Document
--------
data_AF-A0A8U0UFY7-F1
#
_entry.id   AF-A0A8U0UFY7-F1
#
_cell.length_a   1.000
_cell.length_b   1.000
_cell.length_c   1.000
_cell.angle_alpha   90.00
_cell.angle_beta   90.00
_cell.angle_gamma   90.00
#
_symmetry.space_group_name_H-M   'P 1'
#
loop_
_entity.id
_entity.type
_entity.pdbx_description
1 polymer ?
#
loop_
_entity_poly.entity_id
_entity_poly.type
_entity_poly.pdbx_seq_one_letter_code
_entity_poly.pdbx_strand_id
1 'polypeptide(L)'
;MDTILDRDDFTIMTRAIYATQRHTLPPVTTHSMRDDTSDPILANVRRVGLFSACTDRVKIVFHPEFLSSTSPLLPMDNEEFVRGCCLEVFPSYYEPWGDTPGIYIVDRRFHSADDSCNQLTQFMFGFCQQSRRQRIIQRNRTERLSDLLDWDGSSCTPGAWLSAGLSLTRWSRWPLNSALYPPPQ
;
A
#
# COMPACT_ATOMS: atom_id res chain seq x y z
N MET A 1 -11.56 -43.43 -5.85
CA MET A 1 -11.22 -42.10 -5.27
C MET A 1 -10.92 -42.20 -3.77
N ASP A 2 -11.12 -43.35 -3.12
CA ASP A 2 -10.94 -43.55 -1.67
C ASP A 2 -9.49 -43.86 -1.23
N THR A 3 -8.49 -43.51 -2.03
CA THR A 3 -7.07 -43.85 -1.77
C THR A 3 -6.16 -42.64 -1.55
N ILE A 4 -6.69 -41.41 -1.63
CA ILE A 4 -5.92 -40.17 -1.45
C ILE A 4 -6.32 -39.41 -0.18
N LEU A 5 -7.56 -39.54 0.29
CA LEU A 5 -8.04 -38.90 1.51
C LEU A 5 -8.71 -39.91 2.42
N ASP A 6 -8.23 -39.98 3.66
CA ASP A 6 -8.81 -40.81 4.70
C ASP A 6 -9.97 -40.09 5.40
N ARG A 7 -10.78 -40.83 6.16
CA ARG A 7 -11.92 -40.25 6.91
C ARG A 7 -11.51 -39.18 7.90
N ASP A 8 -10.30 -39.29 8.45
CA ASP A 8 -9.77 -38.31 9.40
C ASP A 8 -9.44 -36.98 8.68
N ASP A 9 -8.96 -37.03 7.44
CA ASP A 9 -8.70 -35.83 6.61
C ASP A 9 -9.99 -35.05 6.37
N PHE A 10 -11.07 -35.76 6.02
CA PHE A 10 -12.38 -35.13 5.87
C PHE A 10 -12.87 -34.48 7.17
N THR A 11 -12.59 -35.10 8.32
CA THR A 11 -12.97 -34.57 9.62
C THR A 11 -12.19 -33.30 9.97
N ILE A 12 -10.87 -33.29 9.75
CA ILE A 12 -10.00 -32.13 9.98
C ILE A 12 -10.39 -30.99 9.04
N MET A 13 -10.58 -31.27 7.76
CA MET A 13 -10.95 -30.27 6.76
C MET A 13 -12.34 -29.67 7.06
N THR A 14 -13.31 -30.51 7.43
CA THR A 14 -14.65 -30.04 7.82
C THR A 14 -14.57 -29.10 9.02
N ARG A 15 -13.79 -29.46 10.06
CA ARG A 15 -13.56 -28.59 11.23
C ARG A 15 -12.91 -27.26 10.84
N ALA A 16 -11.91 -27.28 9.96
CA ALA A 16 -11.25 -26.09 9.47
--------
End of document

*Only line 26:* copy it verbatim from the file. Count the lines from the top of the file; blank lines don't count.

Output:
;MDTILDRDDFTIMTRAIYATQRHTLPPVTTHSMRDDTSDPILANVRRVGLFSACTDRVKIVFHPEFLSSTSPLLPMDNEEFVRGCCLEVFPSYYEPWGDTPGIYIVDRRFHSADDSCNQLTQFMFGFCQQSRRQRIIQRNRTERLSDLLDWDGSSCTPGAWLSAGLSLTRWSRWPLNSALYPPPQ